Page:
Wednesday, November 16, 2016

Is there space for "twaddle?"

When I shared how our family uses the library, I implied that one reason I don't scan the shelves is to avoid twaddle-- poor quality, silly, or fluffy books.  

But...confession... I'm not totally offended by twaddle

I obviously steer away from books that are too mature for my readers (or listeners) and I discuss with my older kids the wisdom of setting a standard for content in the books they choose.  I sometimes push my younger boys to read books a little longer or complicated than they are comfortable choosing on their own, but I do not forbid them from easy, maybe even trivial, reading. 

Here's why: first of all, I know for myself that I often look to reading as an escape.  I have opportunities all throughout theday to stretch my brain, but reading is my way to relax.  I don't want to look up words or think deeply.  After Macie was born in January, one of my goals for the year was to read for pleasure. I declared that it was "not the year to tackle heavy classics or challenge myself intellectually."

Also, much of our family culture has been shaped by "twaddle-y" books.  Conversations are sparked by what we read.  No one would consider the Diary of a Wimpy Kid books classic literature, but we love them.  My kids say I am a twin of the "Mom" character in the books.  We both dance (and embarrass our kids) when we hear music and apparently "Mom" always gets her ideas from the magazine she subscribes to called Family Frolic. I get ideas from podcasts.  They know because I often listen out loud in the car while I am driving them to and fro... and then they see me implement the ideas at home.   I've been caught!  Maddie says that The Mom Hour is my Family Frolic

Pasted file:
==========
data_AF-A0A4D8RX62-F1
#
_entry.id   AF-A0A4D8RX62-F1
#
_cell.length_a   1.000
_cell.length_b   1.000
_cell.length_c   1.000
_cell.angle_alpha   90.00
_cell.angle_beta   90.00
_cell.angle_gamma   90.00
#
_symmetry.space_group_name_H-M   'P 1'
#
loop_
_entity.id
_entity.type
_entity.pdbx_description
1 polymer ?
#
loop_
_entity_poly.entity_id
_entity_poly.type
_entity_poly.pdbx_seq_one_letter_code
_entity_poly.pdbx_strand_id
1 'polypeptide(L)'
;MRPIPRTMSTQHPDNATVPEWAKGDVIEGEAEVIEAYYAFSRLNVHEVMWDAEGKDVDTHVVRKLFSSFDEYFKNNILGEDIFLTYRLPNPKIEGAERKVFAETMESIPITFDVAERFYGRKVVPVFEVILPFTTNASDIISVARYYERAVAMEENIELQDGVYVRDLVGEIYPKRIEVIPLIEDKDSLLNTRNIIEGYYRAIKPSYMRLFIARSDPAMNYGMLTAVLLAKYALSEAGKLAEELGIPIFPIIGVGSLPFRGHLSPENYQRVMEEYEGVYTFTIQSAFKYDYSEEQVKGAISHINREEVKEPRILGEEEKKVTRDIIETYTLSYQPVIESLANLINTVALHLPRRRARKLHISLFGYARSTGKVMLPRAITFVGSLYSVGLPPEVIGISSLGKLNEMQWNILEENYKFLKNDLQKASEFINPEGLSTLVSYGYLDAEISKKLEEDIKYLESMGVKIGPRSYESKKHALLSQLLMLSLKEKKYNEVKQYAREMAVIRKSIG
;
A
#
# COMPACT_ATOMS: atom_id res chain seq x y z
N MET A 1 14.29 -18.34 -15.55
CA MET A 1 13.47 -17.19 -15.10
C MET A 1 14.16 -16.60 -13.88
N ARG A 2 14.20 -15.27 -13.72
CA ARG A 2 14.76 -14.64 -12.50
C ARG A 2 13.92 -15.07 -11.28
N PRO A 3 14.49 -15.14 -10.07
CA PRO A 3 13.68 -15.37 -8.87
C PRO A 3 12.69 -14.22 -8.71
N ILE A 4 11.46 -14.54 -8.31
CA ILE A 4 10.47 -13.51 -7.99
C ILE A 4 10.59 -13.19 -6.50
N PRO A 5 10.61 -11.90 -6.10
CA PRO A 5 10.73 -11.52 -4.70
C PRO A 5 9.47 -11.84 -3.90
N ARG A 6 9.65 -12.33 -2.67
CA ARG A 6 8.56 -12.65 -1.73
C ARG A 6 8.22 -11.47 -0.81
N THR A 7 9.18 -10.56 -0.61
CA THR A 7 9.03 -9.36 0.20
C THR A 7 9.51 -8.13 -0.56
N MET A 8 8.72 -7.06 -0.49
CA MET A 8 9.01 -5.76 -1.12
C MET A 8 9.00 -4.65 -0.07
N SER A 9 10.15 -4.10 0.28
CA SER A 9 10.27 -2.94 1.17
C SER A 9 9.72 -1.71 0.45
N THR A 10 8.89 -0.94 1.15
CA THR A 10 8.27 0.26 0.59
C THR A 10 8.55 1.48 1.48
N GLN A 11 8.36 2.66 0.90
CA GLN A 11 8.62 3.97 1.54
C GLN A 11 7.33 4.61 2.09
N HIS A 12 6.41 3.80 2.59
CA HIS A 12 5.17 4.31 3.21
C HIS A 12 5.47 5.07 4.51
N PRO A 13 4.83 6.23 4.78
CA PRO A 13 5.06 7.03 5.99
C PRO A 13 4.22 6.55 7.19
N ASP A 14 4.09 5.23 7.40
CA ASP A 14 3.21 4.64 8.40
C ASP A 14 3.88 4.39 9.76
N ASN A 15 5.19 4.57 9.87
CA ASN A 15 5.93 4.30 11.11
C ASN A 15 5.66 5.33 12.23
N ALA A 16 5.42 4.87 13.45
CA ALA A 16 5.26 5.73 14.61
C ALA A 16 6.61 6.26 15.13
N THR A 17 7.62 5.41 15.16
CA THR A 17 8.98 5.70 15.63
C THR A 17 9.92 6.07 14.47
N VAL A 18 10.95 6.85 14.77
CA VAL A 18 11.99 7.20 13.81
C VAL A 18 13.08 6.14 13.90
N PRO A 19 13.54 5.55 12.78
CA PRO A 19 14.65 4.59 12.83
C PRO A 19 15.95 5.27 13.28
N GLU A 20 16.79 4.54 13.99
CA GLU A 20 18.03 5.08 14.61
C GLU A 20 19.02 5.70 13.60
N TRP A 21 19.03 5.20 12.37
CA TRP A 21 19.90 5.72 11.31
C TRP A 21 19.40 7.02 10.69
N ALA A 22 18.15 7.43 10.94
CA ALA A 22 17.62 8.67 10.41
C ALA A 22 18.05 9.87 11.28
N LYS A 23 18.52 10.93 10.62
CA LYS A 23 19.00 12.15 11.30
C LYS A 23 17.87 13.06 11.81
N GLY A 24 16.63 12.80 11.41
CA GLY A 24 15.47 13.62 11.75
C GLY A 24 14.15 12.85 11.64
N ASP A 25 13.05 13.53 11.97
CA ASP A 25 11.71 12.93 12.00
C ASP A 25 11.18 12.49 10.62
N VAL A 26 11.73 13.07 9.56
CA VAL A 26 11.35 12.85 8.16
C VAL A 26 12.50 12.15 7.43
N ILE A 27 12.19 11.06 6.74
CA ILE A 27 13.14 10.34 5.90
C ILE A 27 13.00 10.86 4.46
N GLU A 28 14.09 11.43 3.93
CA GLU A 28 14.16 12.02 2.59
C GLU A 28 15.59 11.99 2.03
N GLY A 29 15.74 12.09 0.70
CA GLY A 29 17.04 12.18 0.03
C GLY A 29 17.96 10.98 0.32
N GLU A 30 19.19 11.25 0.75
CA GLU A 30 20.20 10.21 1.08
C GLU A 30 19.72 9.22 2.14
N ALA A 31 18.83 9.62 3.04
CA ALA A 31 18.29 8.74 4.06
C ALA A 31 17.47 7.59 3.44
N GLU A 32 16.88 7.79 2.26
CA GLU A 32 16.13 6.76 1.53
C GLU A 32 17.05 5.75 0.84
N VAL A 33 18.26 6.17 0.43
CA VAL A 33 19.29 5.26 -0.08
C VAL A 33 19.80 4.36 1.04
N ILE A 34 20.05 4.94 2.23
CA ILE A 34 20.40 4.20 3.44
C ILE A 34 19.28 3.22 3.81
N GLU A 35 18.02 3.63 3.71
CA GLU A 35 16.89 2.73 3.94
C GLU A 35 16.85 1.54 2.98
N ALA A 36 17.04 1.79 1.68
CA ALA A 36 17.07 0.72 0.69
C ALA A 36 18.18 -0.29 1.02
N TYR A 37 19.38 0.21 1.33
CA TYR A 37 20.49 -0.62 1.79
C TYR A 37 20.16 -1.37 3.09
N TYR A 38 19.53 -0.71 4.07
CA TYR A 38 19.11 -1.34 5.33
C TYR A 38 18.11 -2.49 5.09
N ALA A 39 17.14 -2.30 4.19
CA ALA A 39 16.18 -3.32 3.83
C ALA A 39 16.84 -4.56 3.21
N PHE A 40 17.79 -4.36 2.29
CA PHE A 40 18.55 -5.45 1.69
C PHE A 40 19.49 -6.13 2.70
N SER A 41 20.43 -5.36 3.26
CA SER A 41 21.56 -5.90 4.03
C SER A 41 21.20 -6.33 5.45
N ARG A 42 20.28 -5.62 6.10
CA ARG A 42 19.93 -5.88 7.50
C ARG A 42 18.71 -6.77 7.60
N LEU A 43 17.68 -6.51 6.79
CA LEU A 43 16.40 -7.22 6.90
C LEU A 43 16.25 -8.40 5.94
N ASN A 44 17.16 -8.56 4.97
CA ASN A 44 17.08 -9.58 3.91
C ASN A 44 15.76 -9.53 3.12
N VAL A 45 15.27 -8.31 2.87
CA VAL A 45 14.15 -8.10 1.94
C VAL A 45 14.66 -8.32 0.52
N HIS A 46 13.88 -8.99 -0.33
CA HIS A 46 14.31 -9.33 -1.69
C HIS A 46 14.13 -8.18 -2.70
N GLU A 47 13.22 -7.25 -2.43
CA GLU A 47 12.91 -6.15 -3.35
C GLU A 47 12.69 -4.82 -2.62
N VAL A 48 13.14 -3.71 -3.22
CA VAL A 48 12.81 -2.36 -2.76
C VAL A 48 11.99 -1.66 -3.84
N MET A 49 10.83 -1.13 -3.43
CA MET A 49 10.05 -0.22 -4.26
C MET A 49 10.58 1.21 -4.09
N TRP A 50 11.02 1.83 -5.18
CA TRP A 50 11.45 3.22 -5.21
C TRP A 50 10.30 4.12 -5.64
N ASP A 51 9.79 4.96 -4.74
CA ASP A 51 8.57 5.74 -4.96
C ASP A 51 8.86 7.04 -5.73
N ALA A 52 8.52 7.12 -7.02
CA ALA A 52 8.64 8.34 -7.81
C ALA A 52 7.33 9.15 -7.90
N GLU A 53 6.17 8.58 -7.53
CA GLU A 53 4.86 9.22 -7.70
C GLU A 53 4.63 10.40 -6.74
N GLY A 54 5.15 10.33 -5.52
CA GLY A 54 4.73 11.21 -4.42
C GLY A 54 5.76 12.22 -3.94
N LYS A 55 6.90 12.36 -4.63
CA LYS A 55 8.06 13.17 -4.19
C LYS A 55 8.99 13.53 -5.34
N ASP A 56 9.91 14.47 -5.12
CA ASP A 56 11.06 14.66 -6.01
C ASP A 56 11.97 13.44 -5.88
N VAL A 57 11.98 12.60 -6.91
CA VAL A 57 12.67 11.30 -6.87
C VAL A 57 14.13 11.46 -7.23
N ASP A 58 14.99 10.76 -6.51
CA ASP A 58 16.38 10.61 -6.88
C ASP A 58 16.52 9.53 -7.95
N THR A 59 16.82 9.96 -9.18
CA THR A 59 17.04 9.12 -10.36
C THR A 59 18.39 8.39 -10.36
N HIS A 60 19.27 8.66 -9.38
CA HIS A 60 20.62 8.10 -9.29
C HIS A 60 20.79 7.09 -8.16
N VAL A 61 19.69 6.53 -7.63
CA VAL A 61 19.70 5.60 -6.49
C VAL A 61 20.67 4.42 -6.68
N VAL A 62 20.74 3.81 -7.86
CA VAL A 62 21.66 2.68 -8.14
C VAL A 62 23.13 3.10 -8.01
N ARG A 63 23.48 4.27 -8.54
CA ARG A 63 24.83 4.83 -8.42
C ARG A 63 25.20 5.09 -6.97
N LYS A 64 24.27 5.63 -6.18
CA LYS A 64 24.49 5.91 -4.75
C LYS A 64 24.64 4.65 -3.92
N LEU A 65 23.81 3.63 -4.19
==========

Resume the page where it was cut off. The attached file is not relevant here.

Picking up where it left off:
We enjoy other characters, too, and many quotes from the books are recited around the dinner table and are inserted into our real-life situations.  My boys particularly love how older brother, Roderick, watched the movie instead of read the book for his high school English assignment.  Unfortunately, he watched wrestling movie, Lords of the Ring, instead of the correct Lord of the Rings

I'm not saying that these types of books should replace classic or other thought-provoking literature, but I am saying there are pleasure benefits and relational benefits to fluffy books, too.

What are your thoughts?  Do you read twaddle?  Do you allow your kids to read it? 

1 comment:

  1. We do read some books that would be considered twaddle! I think it's okay, as well, since it's not a steady diet of it!


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